‘C’ Connection




Positivity gets a bad rap, sometimes…. it’s often perceived as ‘naivety’ or seeing life through (only) rose-colored glasses, which some think is an unrealistic way of viewing things.

But positivity is really something else, altogether. Positive thinking does not mean avoiding or ignoring the bad things; instead, it involves making the most of potentially bad situations, trying to see the best in other people, and viewing yourself and your abilities in a positive light.

Research is beginning to reveal that positive thinking is about much more than just being happy or displaying an upbeat attitude. Positive thoughts can actually create real value in your life and help you build skills that last much longer than a smile.

On the other hand, individuals with a pessimistic explanatory style often blame themselves when bad things happen outside of their control, but fail to give themselves adequate credit for successful outcomes. They also have a tendency to view negative events as expected and lasting. As you can imagine, blaming yourself for events outside of your control or viewing these unfortunate events as a persistent part of your life can have a detrimental impact on your state of mind.

According to Johns Hopkins Medicine, positive thinking is linked to a wide range of health benefits including:

>  Better stress management and coping skills

>  Enhanced psychological health

>  Greater resistance to the common cold

>  Increased physical well-being

>  Longer life span

>  Lower rates of depression

>  Reduced risk of cardiovascular disease-related death

There’s no doubt that happiness is the result of achievement. Winning a championship, landing a new client, finding someone you love — these things will bring joy and contentment to your life. But so often, we wrongly assume that this means happiness always follows success.

How often have you thought, “If I just get ___, then I’ll be set.”

Or, “Once I achieve ___, I’ll be satisfied.”

I know I’m guilty of putting off happiness until I achieve some arbitrary goal. But happiness is essential to building the skills that allow for success. In other words, happiness is both the precursor to success and the result of it.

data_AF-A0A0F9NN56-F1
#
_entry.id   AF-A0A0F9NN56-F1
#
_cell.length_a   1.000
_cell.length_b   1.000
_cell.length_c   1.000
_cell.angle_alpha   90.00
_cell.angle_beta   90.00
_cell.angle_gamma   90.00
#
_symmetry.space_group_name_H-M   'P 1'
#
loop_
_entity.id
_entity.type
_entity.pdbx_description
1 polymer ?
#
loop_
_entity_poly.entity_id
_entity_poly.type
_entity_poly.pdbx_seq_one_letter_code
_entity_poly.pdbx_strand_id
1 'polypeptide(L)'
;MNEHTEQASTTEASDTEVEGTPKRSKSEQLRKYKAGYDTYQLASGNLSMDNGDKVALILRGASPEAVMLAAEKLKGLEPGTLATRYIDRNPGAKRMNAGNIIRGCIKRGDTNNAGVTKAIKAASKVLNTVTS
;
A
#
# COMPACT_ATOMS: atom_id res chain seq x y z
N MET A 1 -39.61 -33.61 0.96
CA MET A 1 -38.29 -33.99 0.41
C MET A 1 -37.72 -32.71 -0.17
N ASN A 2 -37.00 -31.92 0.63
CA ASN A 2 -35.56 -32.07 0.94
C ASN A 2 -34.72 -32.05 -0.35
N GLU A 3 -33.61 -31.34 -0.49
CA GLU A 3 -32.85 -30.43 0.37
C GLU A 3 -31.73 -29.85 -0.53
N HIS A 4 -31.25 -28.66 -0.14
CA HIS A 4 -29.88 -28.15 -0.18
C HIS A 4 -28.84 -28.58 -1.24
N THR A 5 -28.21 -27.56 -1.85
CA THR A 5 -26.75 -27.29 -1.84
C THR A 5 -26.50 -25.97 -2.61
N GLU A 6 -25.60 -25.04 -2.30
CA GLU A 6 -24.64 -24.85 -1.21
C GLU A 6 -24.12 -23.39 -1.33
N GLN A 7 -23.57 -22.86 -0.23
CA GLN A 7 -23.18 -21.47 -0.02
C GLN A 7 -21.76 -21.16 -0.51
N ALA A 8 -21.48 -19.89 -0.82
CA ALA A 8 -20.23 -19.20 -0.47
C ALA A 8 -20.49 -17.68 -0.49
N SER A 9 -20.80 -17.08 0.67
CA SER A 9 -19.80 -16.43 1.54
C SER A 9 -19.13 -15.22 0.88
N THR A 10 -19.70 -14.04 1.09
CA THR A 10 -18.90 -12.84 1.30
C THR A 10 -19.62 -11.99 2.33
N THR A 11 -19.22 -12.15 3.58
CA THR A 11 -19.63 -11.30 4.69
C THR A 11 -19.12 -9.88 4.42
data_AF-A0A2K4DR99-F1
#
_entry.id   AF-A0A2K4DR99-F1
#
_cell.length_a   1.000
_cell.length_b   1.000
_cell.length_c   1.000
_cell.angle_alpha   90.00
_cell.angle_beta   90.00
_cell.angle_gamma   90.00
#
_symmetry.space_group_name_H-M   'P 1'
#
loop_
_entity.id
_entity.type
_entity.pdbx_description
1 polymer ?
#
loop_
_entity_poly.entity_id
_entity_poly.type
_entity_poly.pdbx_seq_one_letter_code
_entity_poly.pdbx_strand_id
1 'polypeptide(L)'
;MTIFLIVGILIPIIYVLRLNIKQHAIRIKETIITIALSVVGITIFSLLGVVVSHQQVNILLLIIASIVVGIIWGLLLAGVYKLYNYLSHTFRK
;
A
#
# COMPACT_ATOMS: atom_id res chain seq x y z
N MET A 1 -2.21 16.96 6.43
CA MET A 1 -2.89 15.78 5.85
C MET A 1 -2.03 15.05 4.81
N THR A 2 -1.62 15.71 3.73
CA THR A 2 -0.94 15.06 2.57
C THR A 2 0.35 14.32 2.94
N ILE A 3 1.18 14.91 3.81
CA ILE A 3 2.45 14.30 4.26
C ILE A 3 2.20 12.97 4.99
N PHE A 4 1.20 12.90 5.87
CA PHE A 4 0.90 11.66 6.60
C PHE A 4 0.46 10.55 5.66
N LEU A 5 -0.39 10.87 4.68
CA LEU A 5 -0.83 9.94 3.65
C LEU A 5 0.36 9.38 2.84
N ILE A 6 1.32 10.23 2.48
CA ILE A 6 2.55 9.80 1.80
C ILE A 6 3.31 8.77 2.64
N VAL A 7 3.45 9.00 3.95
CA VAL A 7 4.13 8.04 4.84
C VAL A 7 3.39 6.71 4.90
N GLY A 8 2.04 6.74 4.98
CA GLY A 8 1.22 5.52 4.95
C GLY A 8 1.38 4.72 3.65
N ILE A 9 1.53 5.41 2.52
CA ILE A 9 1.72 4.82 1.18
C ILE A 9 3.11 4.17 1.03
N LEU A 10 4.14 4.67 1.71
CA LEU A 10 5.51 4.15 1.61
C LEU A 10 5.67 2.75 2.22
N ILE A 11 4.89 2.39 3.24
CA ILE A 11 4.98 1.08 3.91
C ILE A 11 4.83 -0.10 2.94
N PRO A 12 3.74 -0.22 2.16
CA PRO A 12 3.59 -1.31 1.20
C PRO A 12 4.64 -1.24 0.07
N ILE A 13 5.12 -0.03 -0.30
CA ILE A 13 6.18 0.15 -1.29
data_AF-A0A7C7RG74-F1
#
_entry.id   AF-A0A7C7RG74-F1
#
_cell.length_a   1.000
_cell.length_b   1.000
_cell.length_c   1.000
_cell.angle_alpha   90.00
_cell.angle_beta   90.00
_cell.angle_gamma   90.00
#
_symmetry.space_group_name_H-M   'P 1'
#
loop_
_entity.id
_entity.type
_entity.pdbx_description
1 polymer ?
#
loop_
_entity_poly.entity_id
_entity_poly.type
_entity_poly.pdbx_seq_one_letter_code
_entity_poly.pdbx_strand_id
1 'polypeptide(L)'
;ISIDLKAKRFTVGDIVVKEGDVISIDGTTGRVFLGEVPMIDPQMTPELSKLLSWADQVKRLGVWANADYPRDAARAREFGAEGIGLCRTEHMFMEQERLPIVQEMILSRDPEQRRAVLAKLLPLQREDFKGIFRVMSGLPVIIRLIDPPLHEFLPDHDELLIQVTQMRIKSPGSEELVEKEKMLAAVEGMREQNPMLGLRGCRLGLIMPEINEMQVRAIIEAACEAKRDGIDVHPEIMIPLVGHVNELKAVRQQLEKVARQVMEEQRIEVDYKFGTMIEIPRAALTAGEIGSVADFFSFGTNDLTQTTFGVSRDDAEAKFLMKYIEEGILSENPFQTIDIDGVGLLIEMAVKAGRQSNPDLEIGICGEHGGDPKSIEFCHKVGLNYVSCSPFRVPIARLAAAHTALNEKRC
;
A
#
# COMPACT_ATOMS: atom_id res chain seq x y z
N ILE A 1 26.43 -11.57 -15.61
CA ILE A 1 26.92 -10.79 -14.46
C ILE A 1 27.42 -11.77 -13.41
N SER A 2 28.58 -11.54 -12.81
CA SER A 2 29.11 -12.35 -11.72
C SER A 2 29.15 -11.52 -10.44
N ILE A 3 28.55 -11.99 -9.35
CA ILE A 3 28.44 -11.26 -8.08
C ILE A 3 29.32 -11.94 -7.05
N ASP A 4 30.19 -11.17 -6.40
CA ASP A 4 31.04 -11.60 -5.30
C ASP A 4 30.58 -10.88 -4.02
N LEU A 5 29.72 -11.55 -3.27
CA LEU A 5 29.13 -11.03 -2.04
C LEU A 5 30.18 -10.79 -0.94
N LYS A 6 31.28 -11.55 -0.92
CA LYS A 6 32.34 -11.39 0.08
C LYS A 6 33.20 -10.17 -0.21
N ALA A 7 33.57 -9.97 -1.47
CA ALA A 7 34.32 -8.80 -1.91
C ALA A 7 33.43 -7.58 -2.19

In fact, researchers have often noticed a compounding effect or an ‘upward spiral’ that occurs with happy people. They are happy, so they develop new skills, those skills lead to new success, which results in more happiness, and the process repeats itself.

Finding ways to build happiness and positive emotions into your life — whether it is through meditation, writing, playing a pickup basketball game, or anything else — provides more than just a momentary decrease in stress and a few smiles.

Here are a few tips for harnessing this power and changing your attitude (from successconsciousness.com):

  1. Read books and articles about this topic and think often about its benefits.
  2. Avoid the company of people who express negative thoughts and negative feelings.
  3. Use your imagination to visualize only favorable and beneficial situations and avoid imagining problems and failure. This will set the law of attraction into action, bringing positive changes into your life.
  4. Use positive words in your inner dialogues, and when talking with others. Use words such as “it’s possible”, “I can” and “I am able”.
  5. Think positively, expect only favorable results and situations, and circumstances will change accordingly.

Watch for Weifield’s ‘Can’t Complain’ campaign on social media and the Weifield Weekly in September – which ties to this theme. Let’s make lasting change – one positive thought at a time!

Until next time.